As Oscar Wylde once observed, “I can resist everything except temptation.” Tuned into the World Series Tuesday night, I couldn’t resist the temptation of reporting early unofficial returns of this year’s elections. Unfortunately, it wasn’t over until it was over. Ergo, this update is filed with complete unofficial returns. Please disregard the previous post.
Ulster County got a good look at what one-party rule looks like on Tuesday, Election Day. Except for Democrats, it was pretty dull, actually.
The big news coming out of this year’s “local elections” is that Democrats, who had clung to a 12-11 majority in the county legislature, claimed 16, maybe 17 seats. Democrat nominee Phil Erner, with strong support from Democratic Socialists of America, won a three-way battle in Kingston legislative District Six. More on that later.
Democratic candidates for county clerk, comptroller and family court judge ran unopposed. Nina Postupack, seeking her fifth term as clerk on the Republican line, was cross-endorsed by Democrats. Three unopposed Democrats ran for seats on the state Supreme Court. Soon to be former city corporation counsel Kevin Bryan led that ticket.
All six propositions on the back of the ballot carried by wide margins. What? Forgot to flip it over?
(In another one of those mindless glitches that seem to plague the board of elections, this year’s early returns recorded vote counts, but not the number of precincts. Those stats were posted before midnight.)
Most of the races weren’t even close, another indication of Democratic dominance. The only squeaker I spotted was the contest for alderman in the city’s Seventh Ward where Republican Mike Olivieri holds a 54 vote lead over Laura Nordstrom. Elsewhere in the wards, Democrats took every seat. Ninth Ward Democratic Michele Hirsch had no major party opposition, but write-in candidate Scott Denny polled 22 per cent (119 votes), something quite remarkable with write-in candidates. Denny could be a future draft pick.
The race in Kingston legislative District Six has held the public’s attention since newcomer Phil Erner upset legislative chairman Dave Donaldson in the June Democratic primary. On Tuesday, Erner proved it was no fluke in leading Donaldson 883 to 367. Republican candidate Suzanne Timbrouck, with 574 votes, finished in second place, a most respectful run. Donaldson will no doubt blame Timbrouck for his embarrassing turnout. A visit to a nearby mirror would be a good idea.
The question now is whether Erner will caucus with Democrats, not that it matters. With 16 solid, Dems can afford a few dissenters. Even so, a “veto proof” legislature majority could be problematic for county exec Pat Ryan.
And speaking of rebels, on again, off again Joe Maloney skated to victory in Saugerties. Maloney’s been all over the place, elected as a Republican four years ago and then switching to Democrats after taking office.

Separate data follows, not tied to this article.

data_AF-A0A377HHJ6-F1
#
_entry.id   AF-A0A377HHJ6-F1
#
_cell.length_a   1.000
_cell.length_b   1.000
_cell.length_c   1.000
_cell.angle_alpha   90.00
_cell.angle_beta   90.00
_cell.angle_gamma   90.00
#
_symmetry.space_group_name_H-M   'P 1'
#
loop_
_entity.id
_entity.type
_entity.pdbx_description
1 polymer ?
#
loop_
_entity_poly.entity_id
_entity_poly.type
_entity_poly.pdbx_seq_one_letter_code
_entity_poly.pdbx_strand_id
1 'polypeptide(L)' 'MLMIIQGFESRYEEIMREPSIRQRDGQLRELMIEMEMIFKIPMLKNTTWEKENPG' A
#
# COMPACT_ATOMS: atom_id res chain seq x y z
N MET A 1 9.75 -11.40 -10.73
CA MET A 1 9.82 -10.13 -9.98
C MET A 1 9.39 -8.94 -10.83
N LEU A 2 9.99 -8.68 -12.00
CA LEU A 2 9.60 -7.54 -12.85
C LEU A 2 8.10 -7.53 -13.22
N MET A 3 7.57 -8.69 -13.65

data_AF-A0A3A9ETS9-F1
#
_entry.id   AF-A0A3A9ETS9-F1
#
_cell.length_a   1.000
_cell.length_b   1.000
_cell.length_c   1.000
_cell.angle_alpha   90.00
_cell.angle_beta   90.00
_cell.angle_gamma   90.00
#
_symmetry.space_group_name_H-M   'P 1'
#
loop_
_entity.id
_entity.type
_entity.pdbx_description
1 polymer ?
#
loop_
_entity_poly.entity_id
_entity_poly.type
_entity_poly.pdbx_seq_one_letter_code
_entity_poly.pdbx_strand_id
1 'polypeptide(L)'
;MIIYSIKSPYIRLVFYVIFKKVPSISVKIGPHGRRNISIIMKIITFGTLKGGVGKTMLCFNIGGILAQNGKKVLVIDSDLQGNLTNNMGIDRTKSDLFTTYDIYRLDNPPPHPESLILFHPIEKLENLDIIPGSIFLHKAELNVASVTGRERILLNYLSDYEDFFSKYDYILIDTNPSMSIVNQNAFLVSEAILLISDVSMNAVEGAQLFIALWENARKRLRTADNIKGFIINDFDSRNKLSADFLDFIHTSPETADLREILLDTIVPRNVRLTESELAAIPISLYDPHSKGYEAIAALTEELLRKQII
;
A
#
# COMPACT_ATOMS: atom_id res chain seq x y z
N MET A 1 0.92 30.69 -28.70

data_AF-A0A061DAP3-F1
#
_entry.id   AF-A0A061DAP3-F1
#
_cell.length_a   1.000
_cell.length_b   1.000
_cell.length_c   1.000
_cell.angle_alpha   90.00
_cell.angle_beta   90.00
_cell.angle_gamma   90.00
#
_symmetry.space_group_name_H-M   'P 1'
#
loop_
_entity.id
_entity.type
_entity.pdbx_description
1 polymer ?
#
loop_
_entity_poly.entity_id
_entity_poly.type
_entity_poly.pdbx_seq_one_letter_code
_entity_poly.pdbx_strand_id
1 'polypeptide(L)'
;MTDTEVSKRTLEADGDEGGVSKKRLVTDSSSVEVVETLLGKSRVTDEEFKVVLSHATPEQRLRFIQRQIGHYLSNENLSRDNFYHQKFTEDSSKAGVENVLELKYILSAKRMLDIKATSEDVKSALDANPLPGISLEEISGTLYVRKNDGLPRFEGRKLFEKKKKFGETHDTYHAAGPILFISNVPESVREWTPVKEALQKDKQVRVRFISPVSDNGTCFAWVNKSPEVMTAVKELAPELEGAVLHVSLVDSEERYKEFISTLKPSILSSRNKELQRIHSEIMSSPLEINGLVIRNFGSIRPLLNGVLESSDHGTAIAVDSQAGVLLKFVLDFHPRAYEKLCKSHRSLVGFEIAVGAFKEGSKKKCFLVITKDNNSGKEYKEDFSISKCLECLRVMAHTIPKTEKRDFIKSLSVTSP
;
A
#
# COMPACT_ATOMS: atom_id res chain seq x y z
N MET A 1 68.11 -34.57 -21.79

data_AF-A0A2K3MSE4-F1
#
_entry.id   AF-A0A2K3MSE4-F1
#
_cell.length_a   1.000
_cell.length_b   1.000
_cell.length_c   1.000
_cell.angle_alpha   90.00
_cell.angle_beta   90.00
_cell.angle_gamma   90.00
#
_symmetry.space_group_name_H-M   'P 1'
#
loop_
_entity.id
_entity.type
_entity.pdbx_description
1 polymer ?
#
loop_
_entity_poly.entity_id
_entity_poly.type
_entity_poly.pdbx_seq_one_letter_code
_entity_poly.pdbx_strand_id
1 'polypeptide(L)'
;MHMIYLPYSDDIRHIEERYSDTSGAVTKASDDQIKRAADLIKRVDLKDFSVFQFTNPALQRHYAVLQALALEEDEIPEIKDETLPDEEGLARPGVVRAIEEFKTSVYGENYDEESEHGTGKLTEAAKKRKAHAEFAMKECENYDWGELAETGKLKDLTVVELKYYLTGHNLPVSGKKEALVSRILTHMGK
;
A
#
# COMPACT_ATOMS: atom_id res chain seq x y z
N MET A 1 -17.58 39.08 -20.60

If history repeats, Maloney will be going through Ryan’s campaign spending reports with a fine-toothed comb, as he did – to no avail – with former executive Mike Hein.
For Republicans, who will bury former chairman Roger Rascoe on Saturday (he died last on Friday), this year’s elections have to be the low point in a history that dates to Lincoln. If it’s any consolation, and it isn’t, they have nowhere to go but up.
They may get some help from Democrats. Having devastated the opposition, they now have only each other to feast on. Word around the polling places Tuesday night was that long-time assemblyman Kevin Cahill of Kingston may face a primary challenge from one of Erner’s left-wing party mates.
IN PASSING – Alice Tipp of Saugerties, believed to be the first woman elected to the county legislature and its longest serving member until two years ago, died in her mid-90s last week.
Alice was elected on the Republican ticket in the early 70s on the same night as Mary McMickle. Alice always claimed to be first since her district results came in before Mary’s. Nobody argued with Alice.
One of my favorite stories about the Tipp/McMickle feud came from McMickle. As she told it, “The legislative contingent was marching in the Fourth of July parade when just before we turned the corner onto Main Street Alice fell into a pothole, right on her face. She bounced to her feet, a little stunned. We held her up as we marched past the reviewing stand. Nobody dared laugh, of course, but a guy on the curb yelled out, ‘Look at those legislators. They had tears in their eyes when they passed the flag!’”
Alice cut her political teeth with a mid-70s anti-tax outfit called WHITA (We’ve Had It Taxpayers Association), but was a moderate in the legislature. “We should run our government like I run my kitchen,” she liked to say.
After being defeated by Democratic Gary Bishoff in 2005, Alice took a position as ombudsman for a senior citizen complex in Saugerties.
Alice enjoyed a long, active, vigorous life. Many were surprised at her passing, even in advanced old age.
A widow for many years, she leaves a daughter and a son and grandchildren and nephew, Don Williams, a former county judge.
Our condolences to the family and thanks to Alice for the memories.